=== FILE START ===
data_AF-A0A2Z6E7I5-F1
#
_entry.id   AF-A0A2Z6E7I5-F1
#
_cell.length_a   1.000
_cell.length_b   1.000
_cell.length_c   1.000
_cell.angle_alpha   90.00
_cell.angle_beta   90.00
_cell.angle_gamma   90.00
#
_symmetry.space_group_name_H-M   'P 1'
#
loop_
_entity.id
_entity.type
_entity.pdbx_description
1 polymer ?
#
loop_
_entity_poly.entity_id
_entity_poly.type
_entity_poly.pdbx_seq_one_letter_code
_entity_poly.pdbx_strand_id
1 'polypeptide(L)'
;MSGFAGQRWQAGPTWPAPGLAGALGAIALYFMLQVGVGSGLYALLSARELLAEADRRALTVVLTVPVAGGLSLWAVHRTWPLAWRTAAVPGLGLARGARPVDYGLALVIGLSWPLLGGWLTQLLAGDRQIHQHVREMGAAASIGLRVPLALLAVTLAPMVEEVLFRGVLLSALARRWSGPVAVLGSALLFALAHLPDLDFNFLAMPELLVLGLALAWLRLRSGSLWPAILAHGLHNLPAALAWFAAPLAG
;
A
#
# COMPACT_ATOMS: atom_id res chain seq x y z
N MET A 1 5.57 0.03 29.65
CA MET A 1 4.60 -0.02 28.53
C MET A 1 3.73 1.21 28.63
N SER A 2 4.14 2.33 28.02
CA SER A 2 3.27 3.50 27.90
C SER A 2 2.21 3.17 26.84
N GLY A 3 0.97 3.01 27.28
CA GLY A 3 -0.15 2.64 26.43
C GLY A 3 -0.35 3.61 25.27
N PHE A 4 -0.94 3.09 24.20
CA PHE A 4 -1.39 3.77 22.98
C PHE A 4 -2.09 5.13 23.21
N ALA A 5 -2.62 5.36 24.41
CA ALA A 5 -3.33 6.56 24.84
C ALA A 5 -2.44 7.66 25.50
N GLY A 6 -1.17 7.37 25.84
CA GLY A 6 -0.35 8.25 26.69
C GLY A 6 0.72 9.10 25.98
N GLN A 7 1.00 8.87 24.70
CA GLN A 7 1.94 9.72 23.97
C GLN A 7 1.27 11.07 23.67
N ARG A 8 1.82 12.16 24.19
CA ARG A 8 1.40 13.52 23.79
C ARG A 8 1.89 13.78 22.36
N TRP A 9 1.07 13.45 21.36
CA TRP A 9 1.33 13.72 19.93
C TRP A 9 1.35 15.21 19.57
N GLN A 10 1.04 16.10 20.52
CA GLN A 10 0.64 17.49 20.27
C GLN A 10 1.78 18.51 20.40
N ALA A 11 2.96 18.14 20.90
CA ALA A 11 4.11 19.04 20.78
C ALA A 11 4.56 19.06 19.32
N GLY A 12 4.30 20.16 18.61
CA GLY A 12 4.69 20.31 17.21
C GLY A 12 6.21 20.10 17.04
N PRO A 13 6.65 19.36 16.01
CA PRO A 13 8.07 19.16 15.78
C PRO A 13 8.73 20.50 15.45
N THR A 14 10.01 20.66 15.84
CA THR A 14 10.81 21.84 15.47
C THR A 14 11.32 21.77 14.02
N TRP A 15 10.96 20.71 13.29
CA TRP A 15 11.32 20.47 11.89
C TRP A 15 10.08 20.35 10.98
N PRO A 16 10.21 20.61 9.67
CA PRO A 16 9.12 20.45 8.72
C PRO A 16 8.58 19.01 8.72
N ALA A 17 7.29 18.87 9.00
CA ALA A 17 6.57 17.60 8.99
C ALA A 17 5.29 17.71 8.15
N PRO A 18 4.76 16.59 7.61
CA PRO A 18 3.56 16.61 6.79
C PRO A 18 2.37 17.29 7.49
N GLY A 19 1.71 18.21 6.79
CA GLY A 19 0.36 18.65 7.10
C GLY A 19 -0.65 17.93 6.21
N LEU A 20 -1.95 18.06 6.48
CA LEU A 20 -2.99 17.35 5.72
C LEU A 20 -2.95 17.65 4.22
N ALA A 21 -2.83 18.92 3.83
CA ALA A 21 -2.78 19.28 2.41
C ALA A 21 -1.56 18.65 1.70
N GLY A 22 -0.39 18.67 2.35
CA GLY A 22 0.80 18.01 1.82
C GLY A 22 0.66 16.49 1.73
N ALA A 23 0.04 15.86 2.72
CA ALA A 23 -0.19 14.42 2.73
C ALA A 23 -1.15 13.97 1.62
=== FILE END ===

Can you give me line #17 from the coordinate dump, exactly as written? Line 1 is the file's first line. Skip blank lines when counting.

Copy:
_entity.pdbx_description